Over-Sharing Parents, Beware
Sites mock parents who share too much information about their kids on Facebook.
It's super exciting that your little toddler piddled in the potty for the first time and you want to share photographic evidence of the moment with all of your friends on Facebook. Well, you might want to reconsider before you hit the "share" button.
There are a slew of websites these days dedicated to informing over-sharing parents that their childless friends are over reading about their kid's crap, literally. Take for instance, the blog ST*U, Parents, a submission-based "public service" blog that pokes fun at parents whose Facebook statuses have been hijacked with inane updates about their children.
The author of the site, known simply as "B," created the blog in 2009 in response to annoying parental over-share posts that popped up in her own Facebook feed. The formula is pretty simple; people anonymously send B screenshots of their friend's absurd updates, she edits the image to remove any identifying marks, and then unleashes snarky commentary under each post.
The blog is a smashing success and covers everything from "Woe is Mom" submissions, where moms use Facebook as a platform to complain to "Mommyjacking" which Urban Dictionary defines as the moment "when a person's conversation/comments/Facebook status is followed up with something about their friend's children, when it has nothing to do with the conversation."
Although it may sound mean spirited, B insists that it's really meant to be all in good fun. "I think my site mocks the worst of the worst - pictures of poop, or parents who just don't know how to edit themselves when describing anything parenting-related," B declared "I would never begrudge a friend posting about her child taking his first steps, for instance, but maybe if she posted 300 pictures and 17 videos, I would consider that over-share."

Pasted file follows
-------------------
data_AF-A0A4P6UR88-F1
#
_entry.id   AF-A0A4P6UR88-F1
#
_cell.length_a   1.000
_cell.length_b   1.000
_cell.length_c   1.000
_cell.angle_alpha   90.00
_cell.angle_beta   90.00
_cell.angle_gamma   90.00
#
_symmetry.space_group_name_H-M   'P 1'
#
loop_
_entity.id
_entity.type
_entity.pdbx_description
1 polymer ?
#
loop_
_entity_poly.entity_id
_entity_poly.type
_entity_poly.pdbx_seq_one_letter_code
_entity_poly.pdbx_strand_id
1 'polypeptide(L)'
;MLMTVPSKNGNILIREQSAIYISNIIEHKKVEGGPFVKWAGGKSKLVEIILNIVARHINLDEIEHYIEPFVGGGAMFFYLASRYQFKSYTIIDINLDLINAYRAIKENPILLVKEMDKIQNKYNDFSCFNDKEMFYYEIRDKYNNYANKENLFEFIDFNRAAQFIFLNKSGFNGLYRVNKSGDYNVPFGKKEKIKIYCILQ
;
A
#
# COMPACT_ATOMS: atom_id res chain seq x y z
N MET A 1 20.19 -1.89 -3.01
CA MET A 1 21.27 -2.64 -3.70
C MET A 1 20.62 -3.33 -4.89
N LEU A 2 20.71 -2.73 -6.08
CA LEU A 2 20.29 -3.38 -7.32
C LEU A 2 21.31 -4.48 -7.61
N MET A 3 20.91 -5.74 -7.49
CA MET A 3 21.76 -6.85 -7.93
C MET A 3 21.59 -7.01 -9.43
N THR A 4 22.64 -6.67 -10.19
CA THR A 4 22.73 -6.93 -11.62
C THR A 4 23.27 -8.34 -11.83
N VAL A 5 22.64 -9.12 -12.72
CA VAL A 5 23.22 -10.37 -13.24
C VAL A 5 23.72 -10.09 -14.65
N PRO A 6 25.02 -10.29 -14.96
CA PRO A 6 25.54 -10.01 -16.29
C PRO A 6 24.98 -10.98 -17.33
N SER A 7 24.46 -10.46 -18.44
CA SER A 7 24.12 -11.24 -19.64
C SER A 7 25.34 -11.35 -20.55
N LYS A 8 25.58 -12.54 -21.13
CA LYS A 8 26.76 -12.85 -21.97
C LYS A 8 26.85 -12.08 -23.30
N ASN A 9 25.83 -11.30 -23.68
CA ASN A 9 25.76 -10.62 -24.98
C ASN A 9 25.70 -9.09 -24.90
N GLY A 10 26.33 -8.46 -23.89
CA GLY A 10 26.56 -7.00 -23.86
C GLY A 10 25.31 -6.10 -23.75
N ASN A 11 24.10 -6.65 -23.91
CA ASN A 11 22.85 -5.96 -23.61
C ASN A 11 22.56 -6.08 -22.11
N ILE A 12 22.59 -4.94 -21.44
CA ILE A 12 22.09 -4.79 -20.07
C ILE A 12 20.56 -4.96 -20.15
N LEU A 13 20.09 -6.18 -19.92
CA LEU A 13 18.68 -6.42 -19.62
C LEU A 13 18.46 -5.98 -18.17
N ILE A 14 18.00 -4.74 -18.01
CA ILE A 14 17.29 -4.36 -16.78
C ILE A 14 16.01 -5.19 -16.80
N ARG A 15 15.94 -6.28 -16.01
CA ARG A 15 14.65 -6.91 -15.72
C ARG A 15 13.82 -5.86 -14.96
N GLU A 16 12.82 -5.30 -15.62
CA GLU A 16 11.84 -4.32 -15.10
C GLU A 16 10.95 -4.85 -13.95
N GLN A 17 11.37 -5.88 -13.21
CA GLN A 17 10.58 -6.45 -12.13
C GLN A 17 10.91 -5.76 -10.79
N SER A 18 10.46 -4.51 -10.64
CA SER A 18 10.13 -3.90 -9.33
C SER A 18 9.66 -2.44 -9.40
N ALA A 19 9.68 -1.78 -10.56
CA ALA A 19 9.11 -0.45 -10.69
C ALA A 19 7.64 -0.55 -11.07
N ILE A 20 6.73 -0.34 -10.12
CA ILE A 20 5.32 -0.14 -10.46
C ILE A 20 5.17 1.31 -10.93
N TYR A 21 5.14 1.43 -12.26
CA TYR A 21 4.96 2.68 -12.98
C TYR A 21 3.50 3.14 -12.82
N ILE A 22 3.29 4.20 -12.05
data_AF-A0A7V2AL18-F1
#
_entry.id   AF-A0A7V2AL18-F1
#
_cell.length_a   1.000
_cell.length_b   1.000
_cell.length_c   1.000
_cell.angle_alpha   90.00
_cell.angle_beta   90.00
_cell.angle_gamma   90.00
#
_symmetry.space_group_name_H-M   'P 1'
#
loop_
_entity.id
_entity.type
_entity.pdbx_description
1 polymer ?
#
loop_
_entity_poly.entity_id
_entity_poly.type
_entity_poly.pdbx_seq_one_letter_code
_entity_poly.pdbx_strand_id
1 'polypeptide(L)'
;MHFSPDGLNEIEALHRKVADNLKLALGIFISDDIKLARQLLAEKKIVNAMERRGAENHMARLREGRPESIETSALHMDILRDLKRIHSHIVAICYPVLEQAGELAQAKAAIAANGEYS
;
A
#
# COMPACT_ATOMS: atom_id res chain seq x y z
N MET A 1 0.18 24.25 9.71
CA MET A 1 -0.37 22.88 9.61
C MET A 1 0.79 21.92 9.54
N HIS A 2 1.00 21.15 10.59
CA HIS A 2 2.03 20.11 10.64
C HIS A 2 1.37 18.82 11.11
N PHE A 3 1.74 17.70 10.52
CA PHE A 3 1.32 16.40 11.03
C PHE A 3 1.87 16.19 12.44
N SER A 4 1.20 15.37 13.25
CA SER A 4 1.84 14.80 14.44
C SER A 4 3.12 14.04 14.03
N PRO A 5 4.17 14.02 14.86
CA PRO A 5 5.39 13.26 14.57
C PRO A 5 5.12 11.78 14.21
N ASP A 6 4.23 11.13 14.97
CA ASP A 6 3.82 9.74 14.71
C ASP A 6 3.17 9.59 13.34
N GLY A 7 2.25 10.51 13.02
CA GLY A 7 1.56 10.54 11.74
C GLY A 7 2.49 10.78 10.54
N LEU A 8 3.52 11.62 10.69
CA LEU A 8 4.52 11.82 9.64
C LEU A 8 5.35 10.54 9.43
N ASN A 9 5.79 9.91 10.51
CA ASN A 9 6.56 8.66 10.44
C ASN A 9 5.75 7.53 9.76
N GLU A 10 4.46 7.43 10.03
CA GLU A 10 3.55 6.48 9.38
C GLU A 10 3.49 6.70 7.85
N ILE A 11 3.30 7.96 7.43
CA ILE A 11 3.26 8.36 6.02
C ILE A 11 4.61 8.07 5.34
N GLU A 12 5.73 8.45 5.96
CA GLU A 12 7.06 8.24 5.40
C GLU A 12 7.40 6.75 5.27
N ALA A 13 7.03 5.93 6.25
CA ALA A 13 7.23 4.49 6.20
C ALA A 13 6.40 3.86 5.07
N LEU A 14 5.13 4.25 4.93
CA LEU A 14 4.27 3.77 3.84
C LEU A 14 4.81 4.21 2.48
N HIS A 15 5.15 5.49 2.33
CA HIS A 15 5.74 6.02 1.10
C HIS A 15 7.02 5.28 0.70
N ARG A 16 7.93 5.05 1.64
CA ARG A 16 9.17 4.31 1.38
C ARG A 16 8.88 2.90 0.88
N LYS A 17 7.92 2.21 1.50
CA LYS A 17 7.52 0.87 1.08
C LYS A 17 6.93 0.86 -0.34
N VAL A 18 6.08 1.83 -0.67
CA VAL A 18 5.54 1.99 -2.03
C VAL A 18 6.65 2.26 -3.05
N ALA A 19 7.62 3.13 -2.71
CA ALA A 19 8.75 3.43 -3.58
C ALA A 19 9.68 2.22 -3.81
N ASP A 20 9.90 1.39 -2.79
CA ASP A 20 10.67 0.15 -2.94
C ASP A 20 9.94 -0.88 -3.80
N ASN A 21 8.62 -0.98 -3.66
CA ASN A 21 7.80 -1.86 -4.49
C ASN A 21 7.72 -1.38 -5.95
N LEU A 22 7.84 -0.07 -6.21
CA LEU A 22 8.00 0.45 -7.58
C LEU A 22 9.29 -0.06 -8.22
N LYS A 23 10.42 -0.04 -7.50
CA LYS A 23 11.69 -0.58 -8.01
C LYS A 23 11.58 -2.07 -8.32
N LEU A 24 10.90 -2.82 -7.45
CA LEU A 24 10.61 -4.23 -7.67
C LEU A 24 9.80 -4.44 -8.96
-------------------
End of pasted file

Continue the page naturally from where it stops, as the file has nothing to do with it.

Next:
Another site that reflects just how fed up people have grown with infant-laden Facebook updates is UnBaby.me, a new Google Chrome extension created by Pete Marquis, Chris Baker and Yvonne Cheng that uses keywords to permanently swap out pictures of babies on your newsfeed with photos of bacon or anything of your choosing. For the most part, UnBaby.me has been well received and in its first week it had already gotten 70,000 "likes" on Facebook and almost 30,000 users.
Critics argue that the popularity of these sites reflect an "anti-parent" message that begrudges happy moms and dads from sharing the most precious moments of their little one's lives. B assures us all that this is simply not the case.
"It's honestly not meant to be mean-spirited. It's meant to be tongue-in-cheek, funny, and maybe a little pointed in its critique of the way some parents use social media," B said. She also feels that even though her site focuses on parents, everyone can be guilty of over-sharing sometimes, not just parents.
"However, I can promise that no one will ever see a picture of poop on my page, which is more than the parents featured on my site can say."
Are you guilty of over-sharing about your kids on Facebook? Do you find these sites offensive or funny? Please share your thoughts and experiences in the comments.